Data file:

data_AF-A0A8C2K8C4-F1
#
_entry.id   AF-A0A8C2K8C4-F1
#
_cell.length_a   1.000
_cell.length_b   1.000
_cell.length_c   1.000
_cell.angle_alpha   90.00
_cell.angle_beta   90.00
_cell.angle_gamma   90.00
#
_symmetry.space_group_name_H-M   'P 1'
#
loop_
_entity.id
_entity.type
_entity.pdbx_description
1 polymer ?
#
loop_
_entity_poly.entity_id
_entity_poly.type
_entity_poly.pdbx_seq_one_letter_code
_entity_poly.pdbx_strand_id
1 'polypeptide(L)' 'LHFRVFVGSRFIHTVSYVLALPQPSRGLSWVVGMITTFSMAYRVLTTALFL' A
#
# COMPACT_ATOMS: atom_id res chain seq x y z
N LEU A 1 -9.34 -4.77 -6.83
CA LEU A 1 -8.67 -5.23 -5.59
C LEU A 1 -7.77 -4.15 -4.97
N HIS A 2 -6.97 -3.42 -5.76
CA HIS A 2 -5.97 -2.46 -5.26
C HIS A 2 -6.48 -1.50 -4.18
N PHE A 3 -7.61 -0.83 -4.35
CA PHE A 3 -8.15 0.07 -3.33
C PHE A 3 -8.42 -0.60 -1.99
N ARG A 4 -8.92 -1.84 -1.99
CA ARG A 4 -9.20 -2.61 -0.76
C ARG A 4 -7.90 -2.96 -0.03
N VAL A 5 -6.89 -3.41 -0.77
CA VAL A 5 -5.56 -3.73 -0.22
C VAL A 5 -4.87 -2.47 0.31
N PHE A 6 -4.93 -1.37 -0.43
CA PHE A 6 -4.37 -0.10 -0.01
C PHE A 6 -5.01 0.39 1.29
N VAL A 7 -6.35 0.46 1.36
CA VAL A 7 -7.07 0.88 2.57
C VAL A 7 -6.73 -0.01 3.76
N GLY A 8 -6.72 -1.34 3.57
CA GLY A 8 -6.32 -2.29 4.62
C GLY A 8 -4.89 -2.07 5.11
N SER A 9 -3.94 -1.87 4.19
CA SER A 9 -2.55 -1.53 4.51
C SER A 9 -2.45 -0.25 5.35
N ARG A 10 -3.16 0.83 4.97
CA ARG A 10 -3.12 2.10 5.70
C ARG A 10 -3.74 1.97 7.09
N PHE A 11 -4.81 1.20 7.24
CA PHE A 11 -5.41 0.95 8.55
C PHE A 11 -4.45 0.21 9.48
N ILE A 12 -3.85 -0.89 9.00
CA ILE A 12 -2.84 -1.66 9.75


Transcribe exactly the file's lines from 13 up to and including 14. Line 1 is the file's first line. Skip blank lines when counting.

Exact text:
#
loop_